of the problem. As regards the scornful Take the following record of work turning away from the churches, which, which was kept up for three years by a it is claimed, is becoming almost universal minister in a western State, and consider among enlightened people, it is surely the "hire" given to the laborer. On Sun- nothing but a passing mood of the public day morning he drove sixteen miles and mind. It cannot be that the permanent preached at eleven o'clock; early in the attitude of humanity toward Christianity afternoon he drove back ten miles and will be one of contemptuous indifference. preached at two o'clock; he then drove It is the duty of the church, however, as seven miles and preached at seven o'clock; it never was before, to present its message after which he had to drive six miles to in such terms as will appeal to what is get home. He visited his widely scattered highest and best in man. field most assiduously, and did not give up 1. The country minister should have a until health had begun to give way. His house and a fixed salary of not less than salary was $600. Out of this he had to $1000 a year. pay $7 a month for house-rent, and buy 2. Our rich men, instead of giving the a buggy, sleigh, robes, and harness. What whole of their surplus wealth for the enremained for living expenses and for cloth- dowment of universities and the establishing his wife, four children, and himself ing of libraries, all of which go to cities could not have been more than $380 as an and towns, should divert a portion of it to average salary for the three years. To the endowment of the country churches of buy books was out of the question.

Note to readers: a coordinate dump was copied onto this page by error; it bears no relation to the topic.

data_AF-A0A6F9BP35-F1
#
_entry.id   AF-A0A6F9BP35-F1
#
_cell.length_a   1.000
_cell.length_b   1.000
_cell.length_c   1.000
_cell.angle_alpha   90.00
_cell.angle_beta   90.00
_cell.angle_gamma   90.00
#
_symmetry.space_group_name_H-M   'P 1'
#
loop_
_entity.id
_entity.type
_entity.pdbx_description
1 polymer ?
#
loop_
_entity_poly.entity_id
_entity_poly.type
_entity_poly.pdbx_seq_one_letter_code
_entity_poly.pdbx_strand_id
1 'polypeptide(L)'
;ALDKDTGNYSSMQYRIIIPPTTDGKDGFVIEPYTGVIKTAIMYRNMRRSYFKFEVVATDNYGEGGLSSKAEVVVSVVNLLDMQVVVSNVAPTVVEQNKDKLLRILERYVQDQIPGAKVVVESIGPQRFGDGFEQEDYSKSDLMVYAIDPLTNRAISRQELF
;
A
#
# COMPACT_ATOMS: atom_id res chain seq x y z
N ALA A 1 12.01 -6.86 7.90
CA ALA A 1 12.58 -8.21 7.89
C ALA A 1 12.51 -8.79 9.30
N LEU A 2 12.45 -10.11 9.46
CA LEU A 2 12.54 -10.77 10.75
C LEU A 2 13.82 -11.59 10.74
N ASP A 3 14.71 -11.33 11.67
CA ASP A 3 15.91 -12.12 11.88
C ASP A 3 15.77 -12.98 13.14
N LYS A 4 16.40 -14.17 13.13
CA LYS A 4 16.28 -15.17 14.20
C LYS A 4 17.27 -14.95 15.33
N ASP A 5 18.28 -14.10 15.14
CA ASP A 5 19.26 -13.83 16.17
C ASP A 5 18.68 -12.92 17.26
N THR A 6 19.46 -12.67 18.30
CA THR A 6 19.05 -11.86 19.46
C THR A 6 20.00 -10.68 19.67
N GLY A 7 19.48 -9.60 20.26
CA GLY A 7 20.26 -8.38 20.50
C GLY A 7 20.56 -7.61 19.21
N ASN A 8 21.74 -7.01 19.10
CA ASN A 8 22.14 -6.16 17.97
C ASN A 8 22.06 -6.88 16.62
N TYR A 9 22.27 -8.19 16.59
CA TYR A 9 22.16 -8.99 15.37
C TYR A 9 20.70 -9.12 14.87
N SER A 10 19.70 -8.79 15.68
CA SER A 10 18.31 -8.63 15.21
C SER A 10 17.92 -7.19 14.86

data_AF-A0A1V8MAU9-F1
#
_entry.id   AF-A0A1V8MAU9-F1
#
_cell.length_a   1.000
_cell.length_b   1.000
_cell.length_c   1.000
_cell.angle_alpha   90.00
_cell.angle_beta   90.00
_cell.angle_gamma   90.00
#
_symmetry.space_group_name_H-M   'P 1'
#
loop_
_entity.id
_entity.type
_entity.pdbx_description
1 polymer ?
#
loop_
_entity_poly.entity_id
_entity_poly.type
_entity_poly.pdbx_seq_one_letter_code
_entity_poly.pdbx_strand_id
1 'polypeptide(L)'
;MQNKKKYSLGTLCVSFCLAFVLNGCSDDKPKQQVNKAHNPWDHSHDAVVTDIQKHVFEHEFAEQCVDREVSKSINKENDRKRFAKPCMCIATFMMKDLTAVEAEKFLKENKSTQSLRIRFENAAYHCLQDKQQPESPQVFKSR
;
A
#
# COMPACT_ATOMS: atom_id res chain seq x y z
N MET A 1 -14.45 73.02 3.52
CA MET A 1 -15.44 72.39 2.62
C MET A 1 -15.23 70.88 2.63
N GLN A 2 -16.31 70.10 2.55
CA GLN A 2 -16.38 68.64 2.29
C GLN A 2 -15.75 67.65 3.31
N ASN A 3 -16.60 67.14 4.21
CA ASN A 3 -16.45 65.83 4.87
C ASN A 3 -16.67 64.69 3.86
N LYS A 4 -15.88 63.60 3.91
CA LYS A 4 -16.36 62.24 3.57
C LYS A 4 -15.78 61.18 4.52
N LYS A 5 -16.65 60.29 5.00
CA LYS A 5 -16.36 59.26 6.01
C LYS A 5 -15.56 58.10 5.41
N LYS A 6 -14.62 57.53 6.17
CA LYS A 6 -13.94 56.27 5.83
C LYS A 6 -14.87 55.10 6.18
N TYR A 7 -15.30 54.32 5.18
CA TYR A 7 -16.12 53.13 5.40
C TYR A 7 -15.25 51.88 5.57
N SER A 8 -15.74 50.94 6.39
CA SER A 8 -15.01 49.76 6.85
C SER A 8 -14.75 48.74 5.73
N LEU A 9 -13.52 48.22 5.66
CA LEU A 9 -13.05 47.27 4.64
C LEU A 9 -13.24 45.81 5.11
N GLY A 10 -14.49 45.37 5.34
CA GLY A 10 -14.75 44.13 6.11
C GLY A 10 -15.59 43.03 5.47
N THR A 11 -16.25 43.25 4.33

their own denominations. James Baird, Consider some of the things that cause the Scottish mine-owner, gave half a milthe country church to dwindle and die. lion pounds sterling to endow the smaller The families are often miles apart, and, parishes of the Church of Scotland, and, a consequence, it is difficult to maintain largely as a result of this munificence, alcongregational unity and warmth. The most every Scottish village or country disminister is frequently a raw youth trying trict, no matter how weak financially, has his 'prentice-hand at sermon-making; or, well-established religious services. Amermore unhappily, one who has made a fail- ican millionaires may well come to the resure of a town pastorate. The rivalry be- cue of the American country church, for tween the different sects makes the congre- if Christianity shall cease to be a power in gations thin and the salaries small. The the lives of our farmers, there is a serious frequent changes in the pastorate have a outlook for the nation. Were a church